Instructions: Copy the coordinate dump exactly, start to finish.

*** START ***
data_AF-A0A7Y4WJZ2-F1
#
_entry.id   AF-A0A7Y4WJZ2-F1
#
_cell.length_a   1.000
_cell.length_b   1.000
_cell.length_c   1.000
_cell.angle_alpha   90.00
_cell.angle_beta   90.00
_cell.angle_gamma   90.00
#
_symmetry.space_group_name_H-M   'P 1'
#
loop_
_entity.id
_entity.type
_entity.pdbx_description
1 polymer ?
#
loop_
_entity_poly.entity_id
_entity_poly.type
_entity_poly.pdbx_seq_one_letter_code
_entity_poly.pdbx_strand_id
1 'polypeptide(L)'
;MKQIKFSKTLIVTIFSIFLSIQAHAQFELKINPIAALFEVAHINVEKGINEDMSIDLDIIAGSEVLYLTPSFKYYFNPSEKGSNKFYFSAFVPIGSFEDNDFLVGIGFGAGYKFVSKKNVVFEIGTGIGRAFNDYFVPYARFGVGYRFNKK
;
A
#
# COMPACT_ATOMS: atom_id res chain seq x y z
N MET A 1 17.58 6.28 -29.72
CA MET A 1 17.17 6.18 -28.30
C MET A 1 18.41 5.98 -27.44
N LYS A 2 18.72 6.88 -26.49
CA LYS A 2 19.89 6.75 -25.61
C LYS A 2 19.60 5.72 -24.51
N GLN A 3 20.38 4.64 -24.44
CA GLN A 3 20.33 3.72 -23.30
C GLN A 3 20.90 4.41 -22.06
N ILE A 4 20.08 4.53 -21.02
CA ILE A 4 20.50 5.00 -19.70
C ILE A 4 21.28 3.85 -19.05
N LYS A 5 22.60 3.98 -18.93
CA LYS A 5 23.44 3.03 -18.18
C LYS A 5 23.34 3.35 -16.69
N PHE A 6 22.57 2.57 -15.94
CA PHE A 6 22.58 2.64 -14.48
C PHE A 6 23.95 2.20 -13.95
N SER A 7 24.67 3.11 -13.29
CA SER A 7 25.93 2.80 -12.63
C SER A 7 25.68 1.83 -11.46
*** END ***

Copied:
data_AF-A0A7Y4WJZ2-F1
#
_entry.id   AF-A0A7Y4WJZ2-F1
#
_cell.length_a   1.000
_cell.length_b   1.000
_cell.length_c   1.000
_cell.angle_alpha   90.00
_cell.angle_beta   90.00
_cell.angle_gamma   90.00
#
_symmetry.space_group_name_H-M   'P 1'
#
loop_
_entity.id
_entity.type
_entity.pdbx_description
1 polymer ?
#
loop_
_entity_poly.entity_id
_entity_poly.type
_entity_poly.pdbx_seq_one_letter_code
_entity_poly.pdbx_strand_id
1 'polypeptide(L)'
;MKQIKFSKTLIVTIFSIFLSIQAHAQFELKINPIAALFEVAHINVEKGINEDMSIDLDIIAGSEVLYLTPSFKYYFNPSEKGSNKFYFSAFVPIGSFEDNDFLVGIGFGAGYKFVSKKNVVFEIGTGIGRAFNDYFVPYARFGVGYRFNKK
;
A
#
# COMPACT_ATOMS: atom_id res chain seq x y z
N MET A 1 17.58 6.28 -29.72
CA MET A 1 17.17 6.18 -28.30
C MET A 1 18.41 5.98 -27.44
N LYS A 2 18.72 6.88 -26.49
CA LYS A 2 19.89 6.75 -25.61
C LYS A 2 19.60 5.72 -24.51
N GLN A 3 20.38 4.64 -24.44
CA GLN A 3 20.33 3.72 -23.30
C GLN A 3 20.90 4.41 -22.06
N ILE A 4 20.08 4.53 -21.02
CA ILE A 4 20.50 5.00 -19.70
C ILE A 4 21.28 3.85 -19.05
N LYS A 5 22.60 3.98 -18.93
CA LYS A 5 23.44 3.03 -18.18
C LYS A 5 23.34 3.35 -16.69
N PHE A 6 22.57 2.57 -15.94
CA PHE A 6 22.58 2.64 -14.48
C PHE A 6 23.95 2.20 -13.95
N SER A 7 24.67 3.11 -13.29
CA SER A 7 25.93 2.80 -12.63
C SER A 7 25.68 1.83 -11.46